In my August 4th entry I conjectured that monads might be a good way to abstract away the question of whether a bubblesort was done over time or laid out across memory as a sequence of permutations.
I thought that was a good exercise for me to brush up on Haskell monads, so here's the program I wrote. It's "literate haskell", so you can take this whole posting, save it as an whatever.lhs, and it should compile.
I especially relied on a monad tutorial at A Neighborhood of Infinity, that Sigfpe happened to post just as I was in need of it. Thanks, Sigfpe!
I'll be using the State, List, and IO monads. Eek, trial by fire.
To start with, State has to be imported:
So here's my generic bubblesort to start out with. It sets everything
up without actually having the list available yet; all it needs is the
length for now.
The cf and swap parameters are functions that compare and swap elements,
respectively. Actually, they just take the indexes of the element(s)
and return a function which will be responsible for testing and permuting
anything the caller wants, however they want. cf x y should compare elements
x and y (whatever that may mean), and swap x should swap the xth and (x+1)th
So this function cycles through pairs of adjacent indices in bubblesorty
fashion, and builds a list of functions, each of which is responsible
for testing, and maybe swapping, a pair of elements, with those
user-supplied comparison and swapping functions.
>bubblesort cf swap theLen = do
> i <- reverse [0..theLen]
> j <- [0..(i-2)]
> i <- cf j (j+1)
> if i
> then swap j
> else return ()]
Now here's a simple comparison function: it assumes that the
list will be just an ordinary list, with elements instances of
Ord (so that > works). What it returns is (State [a] Bool),
which is actually another function, taking one list [a]
and returning the same unchanged list [a] and a Boolean.
>cf1 :: Ord a => Int -> Int -> (State [a] Bool)
>cf1 i j = do
> ls <- get
> return $ (ls!!i) > (ls!!j)
And here's the corresponding swap function. It returns a
function which takes a list, and returns a list with the
jth and (j+1)th elements swapped.
>swap1 :: Int -> (State [a] ())
>swap1 j = do
> theList <- get
> put $ (take j theList) ++
> [theList!!(j+1)] ++ [theList!!j] ++ drop (j+2) theList
Let's look at another pair of swapping/comparison functions,
before putting everything together:
This set has a more complicated state -- it's an ordered pair,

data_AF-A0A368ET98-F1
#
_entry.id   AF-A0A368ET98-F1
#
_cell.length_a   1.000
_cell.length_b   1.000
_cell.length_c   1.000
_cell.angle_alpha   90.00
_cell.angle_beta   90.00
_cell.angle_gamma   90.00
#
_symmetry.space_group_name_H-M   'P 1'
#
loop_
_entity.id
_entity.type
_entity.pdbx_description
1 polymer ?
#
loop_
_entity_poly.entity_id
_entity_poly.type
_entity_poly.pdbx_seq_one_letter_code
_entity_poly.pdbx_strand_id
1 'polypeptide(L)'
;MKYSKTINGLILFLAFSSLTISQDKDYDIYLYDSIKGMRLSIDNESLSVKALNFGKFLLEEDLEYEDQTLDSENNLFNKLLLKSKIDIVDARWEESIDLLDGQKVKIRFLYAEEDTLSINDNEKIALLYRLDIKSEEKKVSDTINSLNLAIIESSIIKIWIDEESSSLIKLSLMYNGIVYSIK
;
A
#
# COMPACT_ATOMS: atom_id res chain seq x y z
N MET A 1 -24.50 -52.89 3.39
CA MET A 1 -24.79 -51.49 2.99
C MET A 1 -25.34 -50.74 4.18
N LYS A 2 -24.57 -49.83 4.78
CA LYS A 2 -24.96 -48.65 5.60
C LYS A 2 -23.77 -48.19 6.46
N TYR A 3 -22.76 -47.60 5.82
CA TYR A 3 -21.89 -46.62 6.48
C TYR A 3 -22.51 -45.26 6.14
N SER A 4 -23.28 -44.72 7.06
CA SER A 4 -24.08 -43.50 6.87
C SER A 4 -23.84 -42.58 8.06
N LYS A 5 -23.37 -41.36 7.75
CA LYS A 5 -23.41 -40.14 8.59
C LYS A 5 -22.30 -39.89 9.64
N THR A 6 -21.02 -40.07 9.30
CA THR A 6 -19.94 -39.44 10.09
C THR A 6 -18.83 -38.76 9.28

of the current permutation [a], and a list of strings [[Char]]
representing the Plinko toy that
would produce the sort so far.
>cf2 :: Ord a => Int -> Int -> (State ([a],[[Char]]) Bool)
>cf2 i j = do
> (theList, history) <- get
> return $ (theList!!i) > (theList!!j)
And here's the corresponding swap function:
>swap2 j = do
> (theList, history) <- get
> let newList = (take j theList)
> ++ [theList!!(j+1)]
> ++ [theList!!j]
> ++ drop (j+2) theList in
> let newHistory = (( (replicate j '|')
> ++ "><"
> ++ (replicate ((length theList)-j-1) '|'))
> : history) in
> put (newList, newHistory)
In this second example, the state is more than just the
list, so we need a function to create the original ([a], [[Char]])
>buildstate2 :: [a] -> ([a], [[a]])
>buildstate2 a = (a, [])
And one to get our plinko toy out after we're done sorting:
>getresult2 :: (Show a) => ([a], [[a]]) -> [Char]
>getresult2 (_, b) = foldl (++) "" $ map (\b -> "\n" ++ show(b) ) b
I skipped the equivalent functions before for the straightforward
sorting example because they are straightforward:
>buildstate1 :: [a] -> [a]
>buildstate1 a = a
>getresult1 :: (Show a) => [a] -> [Char]
>getresult1 a = show a
So now we're ready to call this contraption. dosort takes
the four functions that relate to our state: buildstate, getresult,
swap, and cf; along with the string to be sorted (I call it string,
but it could have been a list of anything in Ord, really).
The "sequence" function links up that list of functions that
bubblesort created, and execState is what runs them, when supplied
with the output of buildstate.
>dosort buildstate cf swap getresult string =
> let sorter = bubblesort cf swap $ length string in
> getresult $ execState (sequence sorter) (buildstate string)
Here are some test functions which call both suites on the same string:
>test1 = dosort buildstate1 cf1 swap1 getresult1 "sambangu!"
>test2 = dosort buildstate2 cf2 swap2 getresult2 "sambangu!"
>main = do
> putStrLn test1
> putStrLn test2
I'm certain I'm not doing this in a very elegant way. It appears that those four characteristic functions belong together in a class declaration, and somehow different execution types would be instances of that class, but I was unable to get it to compile that way. Could be my syntax was wrong, or more likely, fuzzy thinking, which Haskell seems to be pretty (justifiably) intolerant of.